Q: If you’ll forgive my asking a stupid question: if we’re going to have prolonged periods during which our drivers and their cars are otherwise sitting idle and we have a publicity problem, why not have the series make the best of its situation and try the air show circuit? Perhaps half a dozen cars and drivers — preferably the American heroes among them — and one of the two-seaters come to a place like MCAS Miramar or some other military airstrip hosting a show during the off-season, sign autographs, give rides and, during idle moments between aerial displays, they run demonstration laps and heat races out on the tarmac? Perhaps you have one or two drag race against a military jet? Seeing something like the bastardized big-rig known as Shockwave sharing the spotlight with the Blue Angels in front of a captive, enthusiastic audience leads me to think this wouldn’t be too daft an idea.
Garrett from San Diego
RM: That’s actually a great suggestion because those people appreciate speed and there’s plenty of room for an IndyCar to stretch its legs. Don’t think races would be prudent because that would be a big production and too expensive. But having your stars hand out schedules, T-shirts and hats during an autograph session is the best possible PR, and a great way to make some new fans. Let the pilots drive the cars. And there also should be an IndyCar trailer at the Chili Bowl with your big names signing autographs and giving away swag.
Q: Need some advice and can’t think of anyone else that would have an answer I could rely on. I’m planning on attending my first Indy 500. Indy is on my bucket list and the 100th anniversary sounds like a good time – that, and at 64, I’m not getting younger.
I’m looking at one of the travel packages offered on the IMS site. It includes a seat in either stand C, H or J (no guarantees which one though, I guess). I was leaning towards C because it appears to be covered and out of the sun and has a view of the pits. After that I’m thinking stand J – looks good to see them coming out of that corner and down the front straight. I don’t know how accurate the 3D seat view is on their web site, so don’t know how much you could actually see from Stand C, i.e. is the view to Turn 4 blocked? I could also get an upgrade to Tower Terrace or Southwest Vista for a small fee. Tower Terrace looks interesting, but again not sure how much you can see up and down the track.
I would really appreciate your comments. I’m a bit cautious about track layout diagrams. Did a return trip to the Canadian GP in June and decided to fork for the front straight seats. Looked good from the diagram, but actually couldn’t see anything except straight ahead. The view down to corner 1 & 2 that I expected didn’t exist. So, spent more and had the worst seat I’ve ever had there. Trying not to repeat.
Nick Hamilton, Halifax, Nova Scotia
RM: My preference would be to sit in a corner because you can see the racing and Southwest Vista (as high up as you can get) would be better than C, H or J, but J would be my choice of those three if it was high enough. Tower Terrace is a tough sell because you can’t see anything but the pits, and some people prefer that. I think if you sit in any of the corners you’ll have a big screen to see the pit stops and other action around the track. The vistas are the best bargains in racing. Good luck.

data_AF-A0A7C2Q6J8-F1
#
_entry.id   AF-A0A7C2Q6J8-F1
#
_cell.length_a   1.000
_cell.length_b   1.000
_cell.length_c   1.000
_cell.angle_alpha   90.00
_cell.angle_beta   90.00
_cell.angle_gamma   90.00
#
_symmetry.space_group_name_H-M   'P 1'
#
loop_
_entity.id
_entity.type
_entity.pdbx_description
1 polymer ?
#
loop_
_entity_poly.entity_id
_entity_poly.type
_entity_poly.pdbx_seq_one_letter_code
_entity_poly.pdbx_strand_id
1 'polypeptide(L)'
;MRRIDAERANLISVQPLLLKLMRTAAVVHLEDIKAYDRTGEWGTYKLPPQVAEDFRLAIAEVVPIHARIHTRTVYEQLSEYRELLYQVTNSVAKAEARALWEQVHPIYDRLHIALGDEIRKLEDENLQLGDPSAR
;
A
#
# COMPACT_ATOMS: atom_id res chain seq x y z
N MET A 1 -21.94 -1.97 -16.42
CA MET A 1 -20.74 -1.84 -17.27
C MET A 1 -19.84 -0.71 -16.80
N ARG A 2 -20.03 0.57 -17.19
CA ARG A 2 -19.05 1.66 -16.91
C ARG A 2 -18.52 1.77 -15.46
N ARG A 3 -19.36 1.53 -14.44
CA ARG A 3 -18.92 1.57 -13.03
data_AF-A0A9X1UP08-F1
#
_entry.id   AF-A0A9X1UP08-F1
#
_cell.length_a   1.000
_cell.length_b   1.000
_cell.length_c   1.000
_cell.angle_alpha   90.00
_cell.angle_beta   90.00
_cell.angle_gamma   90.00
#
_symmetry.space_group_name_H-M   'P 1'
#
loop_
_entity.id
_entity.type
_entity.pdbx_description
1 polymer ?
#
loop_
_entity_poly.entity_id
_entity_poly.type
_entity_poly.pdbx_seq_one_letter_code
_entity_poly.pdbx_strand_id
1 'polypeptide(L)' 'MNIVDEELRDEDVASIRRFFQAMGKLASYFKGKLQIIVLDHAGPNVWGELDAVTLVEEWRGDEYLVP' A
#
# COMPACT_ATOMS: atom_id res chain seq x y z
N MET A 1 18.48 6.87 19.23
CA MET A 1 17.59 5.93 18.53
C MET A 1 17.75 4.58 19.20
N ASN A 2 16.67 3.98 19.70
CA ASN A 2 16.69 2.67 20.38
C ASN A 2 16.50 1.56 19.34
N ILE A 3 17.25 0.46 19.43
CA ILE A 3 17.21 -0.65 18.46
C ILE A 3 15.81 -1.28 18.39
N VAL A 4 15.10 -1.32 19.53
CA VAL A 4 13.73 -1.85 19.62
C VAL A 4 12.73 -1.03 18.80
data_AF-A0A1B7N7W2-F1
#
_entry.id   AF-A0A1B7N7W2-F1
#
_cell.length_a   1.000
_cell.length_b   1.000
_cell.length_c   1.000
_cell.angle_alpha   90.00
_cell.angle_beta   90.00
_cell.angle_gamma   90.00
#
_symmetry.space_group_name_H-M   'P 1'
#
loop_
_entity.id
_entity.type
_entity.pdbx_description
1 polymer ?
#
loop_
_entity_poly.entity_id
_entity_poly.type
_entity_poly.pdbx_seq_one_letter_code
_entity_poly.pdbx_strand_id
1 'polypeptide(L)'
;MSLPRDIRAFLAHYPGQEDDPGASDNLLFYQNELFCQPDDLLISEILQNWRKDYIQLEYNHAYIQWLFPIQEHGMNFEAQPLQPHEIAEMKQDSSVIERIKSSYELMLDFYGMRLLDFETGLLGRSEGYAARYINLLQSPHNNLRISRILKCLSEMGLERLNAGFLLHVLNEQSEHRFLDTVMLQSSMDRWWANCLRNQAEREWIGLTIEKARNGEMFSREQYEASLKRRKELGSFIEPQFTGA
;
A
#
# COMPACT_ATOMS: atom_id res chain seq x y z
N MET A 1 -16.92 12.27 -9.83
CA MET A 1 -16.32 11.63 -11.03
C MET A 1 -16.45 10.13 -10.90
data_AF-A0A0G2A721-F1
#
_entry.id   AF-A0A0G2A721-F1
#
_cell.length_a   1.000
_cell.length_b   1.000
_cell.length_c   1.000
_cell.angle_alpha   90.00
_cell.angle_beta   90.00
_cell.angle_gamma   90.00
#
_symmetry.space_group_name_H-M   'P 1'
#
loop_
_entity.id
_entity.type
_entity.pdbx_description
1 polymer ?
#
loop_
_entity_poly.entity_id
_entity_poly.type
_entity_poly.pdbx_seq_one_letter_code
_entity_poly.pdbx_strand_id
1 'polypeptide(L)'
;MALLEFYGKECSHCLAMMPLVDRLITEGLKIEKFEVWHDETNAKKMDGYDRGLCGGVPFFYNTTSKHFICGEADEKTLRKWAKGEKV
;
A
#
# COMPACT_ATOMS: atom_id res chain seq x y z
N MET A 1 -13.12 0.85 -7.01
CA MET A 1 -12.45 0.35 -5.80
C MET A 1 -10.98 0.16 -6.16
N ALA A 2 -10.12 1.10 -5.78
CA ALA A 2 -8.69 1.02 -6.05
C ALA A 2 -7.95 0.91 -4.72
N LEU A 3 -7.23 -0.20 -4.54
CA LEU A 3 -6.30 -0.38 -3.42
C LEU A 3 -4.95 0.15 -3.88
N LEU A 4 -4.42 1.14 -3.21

Q: I have a suggestion for the 100th running of the Indianapolis 500. Let’s honor the history of The Greatest Spectacle of Racing by asking the crowd to dress in period clothing. It could be early 1900s or ’40s or ’50s, much like The Goodwood Revival where they dress in period clothing. I think it would be a huge success and add a lot of character to the event. Maybe you could forward this to the IMS brass as you have more clout than a regular fan.
C.J. Eisman, Terre Haute.
RM: I will send it to the IMS folks and I imagine it could catch on with some of the old-timers or people in suites (where it’s air-conditioned in case it’s hot, because the old photos I have [like the above image from 1928], all the men wore suits and hats).
Q: I hope the IndyCar off-season has been treating you well. I went to Petite Le Mans this weekend, and am glad to say that nearly every group of fans I came across had a great time (rain and mud doesn’t get racing fans down)! NASCAR’s pit rules/procedures during safety car periods are ridiculous, but thankfully the GTEs and their advanced Michelin/Falken tyres were able to triumph over the NASCAR ‘prototypes’.
But I digress… I was really impressed by the game plan executed by Beaux Barfield et al. Prior to the race they established guidelines for what to do in different situations, and clearly communicated their plans to the fans/media. During a few of the safety car periods, Barfield actually drove the circuit by himself in a Porsche used for pre-race hot laps, meaning that no safety vehicles had to be taken away from their normal duties. What’s more, corner marshalls and safety workers dug trenches and used sand bags to attempt to redirect the flow of water. With this in mind, I’ve got two questions. Does IndyCar have a formally established “Best Practices” program? If they do, will this weekend’s actions be used as an example of how Race Control can manage a rain race?